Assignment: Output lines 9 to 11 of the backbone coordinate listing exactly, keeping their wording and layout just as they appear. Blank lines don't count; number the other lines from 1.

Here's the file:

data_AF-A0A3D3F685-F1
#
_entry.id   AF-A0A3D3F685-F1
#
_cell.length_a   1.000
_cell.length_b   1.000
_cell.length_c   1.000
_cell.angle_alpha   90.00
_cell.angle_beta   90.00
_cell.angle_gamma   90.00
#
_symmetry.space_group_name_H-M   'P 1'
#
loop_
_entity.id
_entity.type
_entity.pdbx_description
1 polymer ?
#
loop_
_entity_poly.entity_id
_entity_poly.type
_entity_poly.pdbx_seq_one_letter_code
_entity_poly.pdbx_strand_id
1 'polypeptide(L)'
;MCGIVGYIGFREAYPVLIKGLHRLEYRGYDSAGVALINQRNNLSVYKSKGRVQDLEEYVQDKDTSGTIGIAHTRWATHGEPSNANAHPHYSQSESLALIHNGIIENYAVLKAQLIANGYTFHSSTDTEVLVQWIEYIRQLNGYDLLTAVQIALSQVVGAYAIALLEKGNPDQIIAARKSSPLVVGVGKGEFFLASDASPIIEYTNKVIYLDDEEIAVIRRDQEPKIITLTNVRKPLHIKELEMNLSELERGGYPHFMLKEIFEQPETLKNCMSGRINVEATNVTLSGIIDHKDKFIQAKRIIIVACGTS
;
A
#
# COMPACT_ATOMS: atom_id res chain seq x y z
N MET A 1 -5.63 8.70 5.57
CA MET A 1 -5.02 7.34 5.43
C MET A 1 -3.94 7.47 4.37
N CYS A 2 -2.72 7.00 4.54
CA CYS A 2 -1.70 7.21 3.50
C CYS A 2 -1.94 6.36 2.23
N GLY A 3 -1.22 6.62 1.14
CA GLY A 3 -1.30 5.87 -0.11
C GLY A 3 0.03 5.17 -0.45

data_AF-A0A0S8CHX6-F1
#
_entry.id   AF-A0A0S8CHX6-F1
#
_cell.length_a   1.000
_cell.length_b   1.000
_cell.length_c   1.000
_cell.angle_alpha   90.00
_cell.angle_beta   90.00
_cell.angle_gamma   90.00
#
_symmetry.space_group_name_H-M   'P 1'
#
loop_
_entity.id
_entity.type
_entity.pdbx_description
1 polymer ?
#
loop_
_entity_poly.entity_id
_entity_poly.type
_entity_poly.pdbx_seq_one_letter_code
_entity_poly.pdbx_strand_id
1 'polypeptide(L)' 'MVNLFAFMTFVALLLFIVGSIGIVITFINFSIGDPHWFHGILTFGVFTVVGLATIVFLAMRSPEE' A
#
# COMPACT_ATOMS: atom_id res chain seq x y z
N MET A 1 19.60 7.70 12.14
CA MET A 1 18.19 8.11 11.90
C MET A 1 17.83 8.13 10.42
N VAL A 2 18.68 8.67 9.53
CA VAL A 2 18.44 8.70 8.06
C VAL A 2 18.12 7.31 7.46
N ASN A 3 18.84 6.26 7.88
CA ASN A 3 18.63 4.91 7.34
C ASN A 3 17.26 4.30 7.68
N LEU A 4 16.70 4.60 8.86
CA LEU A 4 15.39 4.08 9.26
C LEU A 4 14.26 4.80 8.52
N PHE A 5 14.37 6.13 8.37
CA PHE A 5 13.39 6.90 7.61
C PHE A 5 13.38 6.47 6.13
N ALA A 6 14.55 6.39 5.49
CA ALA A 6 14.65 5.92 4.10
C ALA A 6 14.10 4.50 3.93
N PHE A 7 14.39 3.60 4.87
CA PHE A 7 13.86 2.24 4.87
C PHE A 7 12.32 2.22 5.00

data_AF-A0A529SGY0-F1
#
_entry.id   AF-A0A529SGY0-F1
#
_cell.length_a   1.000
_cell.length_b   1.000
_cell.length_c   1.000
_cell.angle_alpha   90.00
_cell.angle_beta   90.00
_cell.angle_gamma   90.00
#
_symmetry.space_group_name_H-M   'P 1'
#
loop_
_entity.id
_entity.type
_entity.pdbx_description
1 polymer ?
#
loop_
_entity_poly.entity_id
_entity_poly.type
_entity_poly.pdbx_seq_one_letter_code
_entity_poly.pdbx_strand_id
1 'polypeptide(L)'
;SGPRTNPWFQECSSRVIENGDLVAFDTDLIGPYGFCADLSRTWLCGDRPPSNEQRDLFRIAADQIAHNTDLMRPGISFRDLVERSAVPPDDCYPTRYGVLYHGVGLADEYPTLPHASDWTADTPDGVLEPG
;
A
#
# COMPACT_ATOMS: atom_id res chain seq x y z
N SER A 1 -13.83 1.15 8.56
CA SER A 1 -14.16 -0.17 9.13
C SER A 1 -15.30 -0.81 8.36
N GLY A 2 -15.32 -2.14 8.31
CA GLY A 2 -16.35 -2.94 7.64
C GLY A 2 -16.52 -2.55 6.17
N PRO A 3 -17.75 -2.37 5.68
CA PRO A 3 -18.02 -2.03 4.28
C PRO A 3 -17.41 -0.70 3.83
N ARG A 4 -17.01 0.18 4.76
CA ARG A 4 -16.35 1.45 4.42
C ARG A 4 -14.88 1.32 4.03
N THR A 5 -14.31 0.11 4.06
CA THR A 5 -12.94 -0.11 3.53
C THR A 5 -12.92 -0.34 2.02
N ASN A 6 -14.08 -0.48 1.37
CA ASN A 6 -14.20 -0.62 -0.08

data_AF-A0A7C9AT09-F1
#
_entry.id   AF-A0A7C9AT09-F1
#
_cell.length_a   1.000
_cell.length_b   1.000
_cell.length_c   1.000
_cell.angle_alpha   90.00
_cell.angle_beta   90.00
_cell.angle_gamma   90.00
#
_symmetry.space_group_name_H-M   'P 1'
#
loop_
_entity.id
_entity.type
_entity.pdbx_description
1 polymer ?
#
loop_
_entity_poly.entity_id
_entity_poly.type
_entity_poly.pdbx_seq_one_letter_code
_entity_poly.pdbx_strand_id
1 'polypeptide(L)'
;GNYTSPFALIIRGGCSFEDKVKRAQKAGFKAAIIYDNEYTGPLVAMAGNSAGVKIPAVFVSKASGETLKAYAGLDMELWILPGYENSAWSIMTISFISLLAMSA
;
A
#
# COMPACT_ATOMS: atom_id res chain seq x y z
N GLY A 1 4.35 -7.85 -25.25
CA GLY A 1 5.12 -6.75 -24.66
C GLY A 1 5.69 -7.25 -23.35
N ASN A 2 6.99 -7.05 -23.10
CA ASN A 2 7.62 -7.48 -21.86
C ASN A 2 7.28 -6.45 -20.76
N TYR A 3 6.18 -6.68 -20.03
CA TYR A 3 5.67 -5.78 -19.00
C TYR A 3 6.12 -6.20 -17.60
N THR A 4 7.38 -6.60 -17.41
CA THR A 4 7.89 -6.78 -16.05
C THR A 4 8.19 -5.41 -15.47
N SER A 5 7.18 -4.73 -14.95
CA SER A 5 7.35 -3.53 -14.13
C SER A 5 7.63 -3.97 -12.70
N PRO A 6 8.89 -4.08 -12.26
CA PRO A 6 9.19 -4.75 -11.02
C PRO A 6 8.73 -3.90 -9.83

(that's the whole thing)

_cell.angle_beta   90.00
_cell.angle_gamma   90.00
#